Revealing Side Effects: Acid Reducing Meds and Fracture Risk
Article

Revealing Side Effects: Acid Reducing Meds and Fracture Risk

Published on Tuesday, October 24, 2023
by
Haley McGaha

Health & Wellness

Understanding Acid-Suppressing Medications and Their Link to Osteoporosis Risk

With the rising number of people taking acid-suppressing medications, it is hard not to wonder what side effects these drugs may have that many people do not know of. 

Before we dive into some side effects, let’s first understand what an acid-suppressing medication is. The two classes of them are: 

  • Proton pump inhibitors (PPIs) - these stop acid production by slowing down proton pumps located in the canalicular membrane of the parietal cell, which are responsible for stomach acid production
  • Histamine-2 receptor antagonists (H2RAs) - these target histamines, one of the primary regulators of acid suppression. 

Researchers have thoroughly investigated whether acid-suppressing medications can be linked to an increased risk of fractures, also known as osteoporosis. Osteoporosis causes bones to become weak and breakable. Bones can become so delicate that a fall or small things like bending over or coughing can cause a fracture. For most people, osteoporosis-related fractures happen in the hip, wrist, or spine. 

Osteoporosis can affect many people's lives in a very significant way. It is estimated that the mortality rate (or incidence of death) during the first year after a hip fracture is 20%. Among those people who survive this period, 1 in 5 will require nursing home care. 

So, what does the research say about acid-suppressing medications and osteoporosis?

A 2006 study in JAMA found that PPI use, especially larger doses, was related to an increased fracture risk. They also found that people who used PPIs for extended periods (greater than one year) had a higher risk of hip fracture. 

Another study completed in Denmark found an 18% increase in any fractures and a 45% increase in hip fractures for men and women who had used PPIs in the past year. 

Is one better than the other in producing less fracture risks and osteoporosis?

Well, one meta-analysis found that both PPI and H2RA use was associated with an increased risk of hip fracture. Additionally, PPI but not H2RA use was related to an increased risk of any fracture and spine fracture. They discovered that the risk of wrist fracture was not significantly observed in cases of exposure to both PPIs and H2RAs. However, it's important to exercise caution when interpreting these findings since they are derived from just three studies and thus limited by their small sample size.

You may be wondering why acid-suppressing medications may increase a person's risk of osteoporosis, so let’s talk about it. 

Researchers believe that the connection between the two is due to calcium malabsorption.

Your body requires stomach acid to digest certain forms of calcium. If we take medications to decrease stomach acid content, our body will not likely absorb all of the calcium as it should. For more information on calcium and calcium supplements, check out this article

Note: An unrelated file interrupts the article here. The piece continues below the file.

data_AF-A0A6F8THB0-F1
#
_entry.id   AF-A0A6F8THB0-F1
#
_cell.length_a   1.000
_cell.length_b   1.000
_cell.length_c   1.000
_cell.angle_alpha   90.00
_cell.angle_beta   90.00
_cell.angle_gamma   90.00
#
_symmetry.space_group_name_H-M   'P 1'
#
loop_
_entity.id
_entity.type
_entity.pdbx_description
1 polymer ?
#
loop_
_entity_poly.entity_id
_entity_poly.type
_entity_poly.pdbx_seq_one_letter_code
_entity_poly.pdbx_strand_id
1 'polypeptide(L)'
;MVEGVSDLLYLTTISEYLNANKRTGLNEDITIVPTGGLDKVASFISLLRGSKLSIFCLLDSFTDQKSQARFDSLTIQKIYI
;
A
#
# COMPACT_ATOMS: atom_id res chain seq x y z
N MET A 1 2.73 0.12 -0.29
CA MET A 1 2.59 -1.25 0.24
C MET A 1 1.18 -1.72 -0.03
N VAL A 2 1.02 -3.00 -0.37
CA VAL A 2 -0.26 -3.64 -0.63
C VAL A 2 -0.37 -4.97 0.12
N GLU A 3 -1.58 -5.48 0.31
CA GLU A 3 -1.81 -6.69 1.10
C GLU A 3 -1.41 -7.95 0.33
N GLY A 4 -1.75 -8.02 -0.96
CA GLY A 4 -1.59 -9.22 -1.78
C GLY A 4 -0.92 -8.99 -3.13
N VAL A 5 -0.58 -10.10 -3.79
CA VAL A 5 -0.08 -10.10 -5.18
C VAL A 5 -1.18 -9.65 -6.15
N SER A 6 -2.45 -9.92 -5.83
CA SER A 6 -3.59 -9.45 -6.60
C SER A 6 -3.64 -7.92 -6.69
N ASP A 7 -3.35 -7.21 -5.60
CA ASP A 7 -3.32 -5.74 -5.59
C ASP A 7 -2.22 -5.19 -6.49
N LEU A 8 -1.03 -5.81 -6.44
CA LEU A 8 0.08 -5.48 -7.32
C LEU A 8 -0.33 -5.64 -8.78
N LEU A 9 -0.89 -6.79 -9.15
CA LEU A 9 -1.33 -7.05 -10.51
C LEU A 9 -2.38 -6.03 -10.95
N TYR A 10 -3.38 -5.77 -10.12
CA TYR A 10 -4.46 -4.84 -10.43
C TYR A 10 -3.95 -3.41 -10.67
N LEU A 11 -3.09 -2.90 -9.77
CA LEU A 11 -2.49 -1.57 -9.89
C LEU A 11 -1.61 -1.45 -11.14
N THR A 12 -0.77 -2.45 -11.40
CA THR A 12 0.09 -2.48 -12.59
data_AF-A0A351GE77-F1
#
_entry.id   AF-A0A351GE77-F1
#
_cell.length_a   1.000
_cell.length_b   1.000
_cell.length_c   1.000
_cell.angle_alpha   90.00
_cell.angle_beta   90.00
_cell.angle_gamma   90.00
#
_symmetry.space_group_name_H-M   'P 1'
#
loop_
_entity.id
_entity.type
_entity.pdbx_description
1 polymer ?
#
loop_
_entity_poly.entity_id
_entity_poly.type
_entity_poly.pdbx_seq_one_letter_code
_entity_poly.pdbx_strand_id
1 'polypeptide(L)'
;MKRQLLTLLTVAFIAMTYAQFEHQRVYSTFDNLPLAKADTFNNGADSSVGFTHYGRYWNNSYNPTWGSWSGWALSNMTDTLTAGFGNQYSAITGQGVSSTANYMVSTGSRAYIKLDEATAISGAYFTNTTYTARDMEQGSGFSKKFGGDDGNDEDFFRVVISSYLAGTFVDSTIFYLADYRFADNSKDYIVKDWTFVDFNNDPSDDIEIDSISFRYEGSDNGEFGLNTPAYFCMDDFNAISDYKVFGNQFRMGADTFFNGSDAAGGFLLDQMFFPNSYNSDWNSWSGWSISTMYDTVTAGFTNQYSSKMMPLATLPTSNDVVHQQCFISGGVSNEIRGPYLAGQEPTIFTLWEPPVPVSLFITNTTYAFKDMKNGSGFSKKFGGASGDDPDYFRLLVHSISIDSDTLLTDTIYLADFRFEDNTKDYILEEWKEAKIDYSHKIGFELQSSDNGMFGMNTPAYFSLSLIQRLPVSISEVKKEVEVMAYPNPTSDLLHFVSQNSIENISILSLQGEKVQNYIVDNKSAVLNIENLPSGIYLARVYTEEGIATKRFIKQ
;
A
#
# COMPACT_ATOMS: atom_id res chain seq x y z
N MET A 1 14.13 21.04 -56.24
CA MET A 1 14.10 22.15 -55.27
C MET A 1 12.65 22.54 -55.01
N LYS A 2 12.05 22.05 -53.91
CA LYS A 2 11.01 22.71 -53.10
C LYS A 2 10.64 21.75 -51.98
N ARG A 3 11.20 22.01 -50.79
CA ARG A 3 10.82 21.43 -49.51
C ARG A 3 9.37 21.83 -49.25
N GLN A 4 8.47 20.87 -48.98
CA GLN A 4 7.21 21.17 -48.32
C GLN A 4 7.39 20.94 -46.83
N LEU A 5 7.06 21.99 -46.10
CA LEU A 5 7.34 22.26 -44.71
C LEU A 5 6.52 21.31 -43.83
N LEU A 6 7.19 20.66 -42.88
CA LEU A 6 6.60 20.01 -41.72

Are there any preventive measures to help reduce a person's risk of osteoporosis on long-term acid suppression therapy?  

It is important that providers know about the potential association between acid-suppressing medications and osteoporosis risk. Providers should consider the lowest effective dose when prescribing medications, if possible. Individuals at higher risk of osteoporosis should discuss DXA tests (also known as a DEXA scan) with their provider. DXA stands for dual-energy x-ray absorptiometry and is a quick and painless test. 

Here are some additional factors to incorporate into your daily routine to reduce your risk of osteoporosis

  • Increase your intake of calcium. Food sources of calcium include dairy products, dark leafy green vegetables, fortified orange juice, and sardines.
  • Get enough vitamin D. Besides the sun, you can get vitamin D from fatty fish like salmon, egg yolks, and liver. 
  • Exercise, especially weight-bearing exercises. 
  • Drink alcohol in moderation.
  • Avoid smoking and secondhand smoke. 

If you want to work on your GERD symptoms by diet and lifestyle changes, here is an article with some great tips to get you started.

 

  1. Yang, Y. X., Lewis, J. D., Epstein, S., & Metz, D. C. (2006). Long-term proton pump inhibitor therapy and risk of hip fracture. JAMA, 296(24), 2947–2953. https://doi.org/10.1001/jama.296.24.2947 
  2. Vestergaard, P., Rejnmark, L., & Mosekilde, L. (2006). Proton pump inhibitors, histamine H2 receptor antagonists, and other antacid medications and the risk of fracture. Calcified tissue international, 79(2), 76–83. https://doi.org/10.1007/s00223-006-0021-7 
  3. Cai, D., Feng, W., & Jiang, Q. (2015). Acid-suppressive medications and risk of fracture: an updated meta-analysis. International journal of clinical and experimental medicine, 8(6), 8893–8904. https://www.ncbi.nlm.nih.gov/pmc/articles/PMC4538134/ 
  4. U.S. Department of Health and Human Services. (2023, August 4). Osteoporosis. National Institute of Arthritis and Musculoskeletal and Skin Diseases. https://www.niams.nih.gov/health-topics/osteoporosis/diagnosis-treatment-and-steps-to-take.  

 

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